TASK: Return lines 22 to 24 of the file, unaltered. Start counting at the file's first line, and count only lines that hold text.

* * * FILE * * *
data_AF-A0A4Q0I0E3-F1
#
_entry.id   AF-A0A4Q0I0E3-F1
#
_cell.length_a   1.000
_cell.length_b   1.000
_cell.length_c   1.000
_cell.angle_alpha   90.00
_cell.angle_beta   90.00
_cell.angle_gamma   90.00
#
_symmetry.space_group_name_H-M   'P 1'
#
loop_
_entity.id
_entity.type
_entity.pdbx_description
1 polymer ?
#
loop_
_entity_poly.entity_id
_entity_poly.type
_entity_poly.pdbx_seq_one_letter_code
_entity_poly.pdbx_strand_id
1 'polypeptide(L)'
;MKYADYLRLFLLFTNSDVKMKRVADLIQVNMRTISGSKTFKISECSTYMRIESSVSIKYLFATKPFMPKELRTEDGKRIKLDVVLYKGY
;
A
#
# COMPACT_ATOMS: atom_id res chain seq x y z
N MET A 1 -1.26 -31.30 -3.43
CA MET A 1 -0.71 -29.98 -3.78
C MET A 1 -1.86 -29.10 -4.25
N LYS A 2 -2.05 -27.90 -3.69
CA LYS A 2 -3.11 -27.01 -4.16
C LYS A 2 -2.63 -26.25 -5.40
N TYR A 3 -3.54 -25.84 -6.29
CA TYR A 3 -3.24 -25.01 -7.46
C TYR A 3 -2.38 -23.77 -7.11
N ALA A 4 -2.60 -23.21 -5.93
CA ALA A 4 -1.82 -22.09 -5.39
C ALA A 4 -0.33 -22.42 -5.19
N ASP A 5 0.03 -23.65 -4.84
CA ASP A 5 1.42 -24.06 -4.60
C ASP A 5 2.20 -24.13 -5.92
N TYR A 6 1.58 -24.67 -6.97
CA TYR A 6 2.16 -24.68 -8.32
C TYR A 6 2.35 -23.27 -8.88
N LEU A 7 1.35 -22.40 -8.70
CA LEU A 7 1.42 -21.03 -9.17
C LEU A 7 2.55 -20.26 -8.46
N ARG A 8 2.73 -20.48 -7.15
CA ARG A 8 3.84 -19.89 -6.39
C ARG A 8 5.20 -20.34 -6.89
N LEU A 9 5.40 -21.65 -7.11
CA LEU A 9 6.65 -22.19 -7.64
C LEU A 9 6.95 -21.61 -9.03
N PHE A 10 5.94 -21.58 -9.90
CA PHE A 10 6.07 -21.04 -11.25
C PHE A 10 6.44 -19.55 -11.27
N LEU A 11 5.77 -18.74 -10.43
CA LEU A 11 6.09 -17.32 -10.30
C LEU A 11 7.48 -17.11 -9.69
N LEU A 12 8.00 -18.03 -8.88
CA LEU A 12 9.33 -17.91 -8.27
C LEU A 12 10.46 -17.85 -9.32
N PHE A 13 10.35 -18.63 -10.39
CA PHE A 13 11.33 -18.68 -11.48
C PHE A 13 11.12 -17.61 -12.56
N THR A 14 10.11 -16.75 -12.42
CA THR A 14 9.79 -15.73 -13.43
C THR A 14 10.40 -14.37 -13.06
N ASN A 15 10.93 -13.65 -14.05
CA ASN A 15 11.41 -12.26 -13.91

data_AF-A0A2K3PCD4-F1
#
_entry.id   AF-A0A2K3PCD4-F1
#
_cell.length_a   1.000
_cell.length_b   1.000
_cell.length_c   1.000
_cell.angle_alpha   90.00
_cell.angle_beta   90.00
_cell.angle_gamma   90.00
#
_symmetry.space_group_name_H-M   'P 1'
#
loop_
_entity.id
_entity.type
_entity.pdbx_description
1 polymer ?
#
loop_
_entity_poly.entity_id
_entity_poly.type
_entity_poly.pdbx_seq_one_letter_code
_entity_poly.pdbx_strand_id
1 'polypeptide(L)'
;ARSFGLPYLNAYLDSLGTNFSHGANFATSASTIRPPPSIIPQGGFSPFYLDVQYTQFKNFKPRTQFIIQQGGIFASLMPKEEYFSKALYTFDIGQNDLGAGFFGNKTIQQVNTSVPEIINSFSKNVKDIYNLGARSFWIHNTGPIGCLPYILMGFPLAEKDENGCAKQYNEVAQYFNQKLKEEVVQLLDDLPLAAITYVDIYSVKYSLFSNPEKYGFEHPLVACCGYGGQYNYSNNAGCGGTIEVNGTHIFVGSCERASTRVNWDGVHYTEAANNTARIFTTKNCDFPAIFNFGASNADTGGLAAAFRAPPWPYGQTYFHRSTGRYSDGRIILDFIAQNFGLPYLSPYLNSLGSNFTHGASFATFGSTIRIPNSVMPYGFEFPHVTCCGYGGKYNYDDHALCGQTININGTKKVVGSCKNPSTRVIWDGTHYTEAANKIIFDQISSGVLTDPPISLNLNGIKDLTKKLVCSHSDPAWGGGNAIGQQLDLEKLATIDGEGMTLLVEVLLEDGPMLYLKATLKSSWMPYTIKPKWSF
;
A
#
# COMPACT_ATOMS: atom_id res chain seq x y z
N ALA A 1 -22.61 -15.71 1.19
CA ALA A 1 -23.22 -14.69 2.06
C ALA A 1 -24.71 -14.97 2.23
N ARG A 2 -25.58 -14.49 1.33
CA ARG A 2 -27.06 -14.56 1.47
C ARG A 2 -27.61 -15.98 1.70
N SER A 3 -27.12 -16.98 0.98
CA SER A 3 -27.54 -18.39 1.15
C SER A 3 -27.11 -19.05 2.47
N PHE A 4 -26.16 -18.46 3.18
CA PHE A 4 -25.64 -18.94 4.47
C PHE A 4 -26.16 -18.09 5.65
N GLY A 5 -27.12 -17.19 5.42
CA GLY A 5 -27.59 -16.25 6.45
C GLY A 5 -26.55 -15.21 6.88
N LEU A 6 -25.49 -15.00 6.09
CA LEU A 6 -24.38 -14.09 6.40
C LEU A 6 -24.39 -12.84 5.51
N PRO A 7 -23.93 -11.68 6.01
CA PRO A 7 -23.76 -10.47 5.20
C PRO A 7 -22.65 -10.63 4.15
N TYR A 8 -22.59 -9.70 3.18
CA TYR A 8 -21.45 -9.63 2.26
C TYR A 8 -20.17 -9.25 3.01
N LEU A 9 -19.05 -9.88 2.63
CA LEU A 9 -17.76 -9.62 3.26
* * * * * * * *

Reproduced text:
_entity_poly.type
_entity_poly.pdbx_seq_one_letter_code
_entity_poly.pdbx_strand_id